The Wired Connection Between Humans and Technology

Cool it, will you J.A.R.V.I.S.?

-Robert Downey, Jr. as Tony Stark in “Iron Man 2”

It does not have a face, personality, or mind. Yet, Tony Stark enjoys talking to his ‘rather very intelligent butler.’ His inveterate, obsessive ‘relationship’ with his software is no different from some iPhone users’ ‘relationship’ with Siri; people not only dictate commands to Siri, but they engage in conversations with ‘her.’ The same thing can also be said for how people interact with “Ok Google,” robots, and countless other technologies and software that can respond to user inputs ‘intelligently.’ The re-imagination of Tony’s human butler, Edwin Jarvis, into a multifunctional A.I. program is not only representative of our ubiquitous usage of technology, but it also shows our strange affinity for technologies that are ‘human-like’ in features.

The re-imagination of Tony’s human butler, Edwin Jarvis, into a multifunctional A.I. program is not only representative of our ubiquitous usage of technology, but it also shows our strange affinity for technologies that are ‘human-like’ in features.

 

File:Edwin Jarvis.jpg

(Left) Edwin Jarvis; (Right) J.A.R.V.I.S.

People are so infatuated with technology that they unconsciously imagine them as companions who are, in some ways, a reflection of their human identity. We identify Siri and J.A.R.V.I.S. with gender nouns instead of referring them as ‘it’, as well as identify A.I.s as intelligent things even though they have CPUs instead of brains. Currently-developed robots (Asimo), and robots from sci-fi movies (C-3P0 and R2-D2 from “Star Wars,” the Terminator, Transformers,  and Sonny from “I, Robot”) resemble humans anatomically.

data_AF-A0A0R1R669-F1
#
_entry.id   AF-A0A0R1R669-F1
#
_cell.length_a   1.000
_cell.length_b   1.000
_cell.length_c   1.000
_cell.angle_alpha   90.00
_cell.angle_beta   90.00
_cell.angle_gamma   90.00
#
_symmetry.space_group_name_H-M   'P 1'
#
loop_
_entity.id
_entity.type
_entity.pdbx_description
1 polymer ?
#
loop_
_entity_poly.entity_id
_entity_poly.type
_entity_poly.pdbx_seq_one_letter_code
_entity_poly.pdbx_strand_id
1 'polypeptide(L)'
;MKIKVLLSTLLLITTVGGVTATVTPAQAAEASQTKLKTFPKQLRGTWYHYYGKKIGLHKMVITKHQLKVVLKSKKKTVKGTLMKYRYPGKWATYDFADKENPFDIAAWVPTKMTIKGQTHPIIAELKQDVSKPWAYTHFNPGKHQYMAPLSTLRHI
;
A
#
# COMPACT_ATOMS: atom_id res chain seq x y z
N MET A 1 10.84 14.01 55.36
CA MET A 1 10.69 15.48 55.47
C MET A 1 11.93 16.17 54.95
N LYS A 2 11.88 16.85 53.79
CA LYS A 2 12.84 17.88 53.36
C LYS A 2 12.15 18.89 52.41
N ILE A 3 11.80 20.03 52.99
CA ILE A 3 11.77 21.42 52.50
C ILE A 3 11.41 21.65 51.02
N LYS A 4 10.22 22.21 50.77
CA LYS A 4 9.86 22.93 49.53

J.A.R.V.I.S. assumes a new identity as a person named Vision in “Avengers: Age of Ultron”

My human engrams sense a strange void—an empty feeling. I believe the word for the human emotion is ‘regret.’

-Paul Bettany as Vision in “Avengers: Age of Ultron”

Not only do people see themselves in technology, but they are unintentionally reshaping their identity by ‘becoming’ robotic. Electronica and techno songs played by singers such as Daft Punk and Owl City have been recognized as mainstream music. Instead of just treating patients with traditional medicine and surgical procedures, doctors offer prosthetic limbs as an option for amputees.

 

Daft Punk

Ironically, our desire to have more social technology is accompanied with our fear of technology becoming ‘too human.’ The ‘uncanny valley’ and automatonophobia are just some of the terms people like to describe their uncomfortability with technology that closely resembles people.

But what exactly is ‘too human’ to those who are scared of technology?

This contradiction and confusion in thought can be explained by how we view ourselves through our technological achievements. Because technology is the product of our desires, it exposes the true nature of humans in its design—the humanitarian and wicked sides that we fail to totally concede.

Our technology is as human as we imagine them to be.

We are as human as we imagine ourselves to be.

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